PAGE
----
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Prepping for the Panel (Or Not)

When you have an appeal in a new jurisdiction, add to your checklist a note to look at the court’s procedures for announcing oral argument panels. Courts vary in their approaches to announcing panel composition in advance of oral argument, with some publishing panels days, weeks, or even a month in advance, while others do not release panel assignments until the day of arguments.

Of course, if you are new to a jurisdiction and unfamiliar with its jurists, having advance notice of the composition of the panel can relieve some anxiety by allowing you to read up on the judges and perhaps prepare for their unique questioning styles. If a member of the panel has participated in a prior case that is relevant to your argument, knowing this ahead of time gives you an opportunity to take a deeper dive into that case and equip yourself for a more nuanced discussion.

On the other hand, not knowing the composition of the panel in advance can relieve stress in its own way by removing one variable of preparation. If you will not know the composition of your panel until the day of argument, all parties are in the same boat and all are best served by simply honing the substance of their arguments.

As an illustration of the variance in panel announcement practices, below is a summary of the practices of the federal appellate courts:[1]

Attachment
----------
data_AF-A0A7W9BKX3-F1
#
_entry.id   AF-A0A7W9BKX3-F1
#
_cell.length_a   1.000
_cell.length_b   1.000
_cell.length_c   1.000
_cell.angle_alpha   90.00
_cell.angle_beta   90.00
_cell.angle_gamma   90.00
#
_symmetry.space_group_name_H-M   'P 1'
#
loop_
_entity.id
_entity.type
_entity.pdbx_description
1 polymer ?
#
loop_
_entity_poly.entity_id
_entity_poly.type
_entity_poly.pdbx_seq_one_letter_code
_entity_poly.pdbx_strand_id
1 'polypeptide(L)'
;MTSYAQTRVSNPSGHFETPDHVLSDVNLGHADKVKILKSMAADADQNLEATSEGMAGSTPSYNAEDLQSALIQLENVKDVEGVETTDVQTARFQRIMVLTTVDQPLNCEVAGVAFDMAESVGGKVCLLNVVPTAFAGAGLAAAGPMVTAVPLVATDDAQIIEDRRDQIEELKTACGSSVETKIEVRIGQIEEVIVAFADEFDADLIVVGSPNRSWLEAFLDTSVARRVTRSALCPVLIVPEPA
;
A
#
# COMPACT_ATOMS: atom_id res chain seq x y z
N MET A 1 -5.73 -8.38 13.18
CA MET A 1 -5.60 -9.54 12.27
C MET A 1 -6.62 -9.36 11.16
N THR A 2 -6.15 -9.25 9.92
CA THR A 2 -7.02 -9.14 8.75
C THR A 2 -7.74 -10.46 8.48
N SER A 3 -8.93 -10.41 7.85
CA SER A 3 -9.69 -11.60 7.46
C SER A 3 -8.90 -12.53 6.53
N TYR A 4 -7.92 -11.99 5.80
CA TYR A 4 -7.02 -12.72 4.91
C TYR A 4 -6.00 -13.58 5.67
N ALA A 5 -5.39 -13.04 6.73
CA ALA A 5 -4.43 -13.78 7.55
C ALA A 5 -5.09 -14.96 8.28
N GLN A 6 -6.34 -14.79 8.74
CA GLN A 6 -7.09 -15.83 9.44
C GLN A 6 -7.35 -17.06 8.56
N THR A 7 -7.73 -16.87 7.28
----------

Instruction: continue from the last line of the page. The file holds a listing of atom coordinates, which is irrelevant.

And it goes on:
Panel announced in advance:

  • 1st Circuit (7 days before session)
  • 2d Circuit (approximately 1 week before argument)
  • 3d Circuit (18 days before first day of panel sitting)
  • 5th Circuit (1 week before session)
  • 6th Circuit (first business day of the week 2 weeks before argument)
  • 8th Circuit (approximately 1 month before session)
  • 9th Circuit (first working day of the week before argument)
  • 10th Circuit (approximately 1 week before term)
  • 11th Circuit (2 weeks before session)
  • DC Circuit (30 days before argument)

Panel not announced in advance:

  • 4th Circuit
  • 7th Circuit
  • Federal Circuit

So when you’re getting your ducks in a row for an appeal in a new jurisdiction, make sure to check the court’s procedures for announcing panels. It may help you maximize your preparation time down the road.

[1] 1st Cir. IOP VIII.B; 2d Cir. Court Calendar; 3d Cir. IOP Ch. 2.5; 5th Cir. IOP 34; 6th Cir. IOP 34(b)(4); 8th Cir. IOP I.D, III.L; 9th Cir. Gen. O. 3.5; 10th Cir. Oral Argument Calendar; 11th Cir. R. 34-4 IOP 7; D.C. Cir. IOP XI.A.

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